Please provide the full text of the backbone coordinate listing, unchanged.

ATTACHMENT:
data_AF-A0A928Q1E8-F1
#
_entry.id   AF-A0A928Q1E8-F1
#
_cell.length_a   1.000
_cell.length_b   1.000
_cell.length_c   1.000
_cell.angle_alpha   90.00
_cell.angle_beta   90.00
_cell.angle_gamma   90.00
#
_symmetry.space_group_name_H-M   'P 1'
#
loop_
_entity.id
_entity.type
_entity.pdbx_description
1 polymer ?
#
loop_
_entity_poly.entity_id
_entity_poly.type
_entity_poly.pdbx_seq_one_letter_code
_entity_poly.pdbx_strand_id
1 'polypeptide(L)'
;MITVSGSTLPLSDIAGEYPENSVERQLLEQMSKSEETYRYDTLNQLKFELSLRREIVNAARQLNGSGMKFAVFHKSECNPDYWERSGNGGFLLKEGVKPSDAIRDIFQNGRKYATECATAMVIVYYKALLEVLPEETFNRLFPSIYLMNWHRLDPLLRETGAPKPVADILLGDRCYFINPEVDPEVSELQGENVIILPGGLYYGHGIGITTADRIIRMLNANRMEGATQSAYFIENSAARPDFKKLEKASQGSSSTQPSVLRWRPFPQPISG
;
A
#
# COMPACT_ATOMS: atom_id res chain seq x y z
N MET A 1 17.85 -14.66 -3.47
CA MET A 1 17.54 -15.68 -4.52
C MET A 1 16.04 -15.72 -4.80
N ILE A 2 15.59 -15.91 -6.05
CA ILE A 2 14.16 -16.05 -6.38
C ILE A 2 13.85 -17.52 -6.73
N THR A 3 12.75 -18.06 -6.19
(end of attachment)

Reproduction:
data_AF-A0A928Q1E8-F1
#
_entry.id   AF-A0A928Q1E8-F1
#
_cell.length_a   1.000
_cell.length_b   1.000
_cell.length_c   1.000
_cell.angle_alpha   90.00
_cell.angle_beta   90.00
_cell.angle_gamma   90.00
#
_symmetry.space_group_name_H-M   'P 1'
#
loop_
_entity.id
_entity.type
_entity.pdbx_description
1 polymer ?
#
loop_
_entity_poly.entity_id
_entity_poly.type
_entity_poly.pdbx_seq_one_letter_code
_entity_poly.pdbx_strand_id
1 'polypeptide(L)'
;MITVSGSTLPLSDIAGEYPENSVERQLLEQMSKSEETYRYDTLNQLKFELSLRREIVNAARQLNGSGMKFAVFHKSECNPDYWERSGNGGFLLKEGVKPSDAIRDIFQNGRKYATECATAMVIVYYKALLEVLPEETFNRLFPSIYLMNWHRLDPLLRETGAPKPVADILLGDRCYFINPEVDPEVSELQGENVIILPGGLYYGHGIGITTADRIIRMLNANRMEGATQSAYFIENSAARPDFKKLEKASQGSSSTQPSVLRWRPFPQPISG
;
A
#
# COMPACT_ATOMS: atom_id res chain seq x y z
N MET A 1 17.85 -14.66 -3.47
CA MET A 1 17.54 -15.68 -4.52
C MET A 1 16.04 -15.72 -4.80
N ILE A 2 15.59 -15.91 -6.05
CA ILE A 2 14.16 -16.05 -6.38
C ILE A 2 13.85 -17.52 -6.73
N THR A 3 12.75 -18.06 -6.19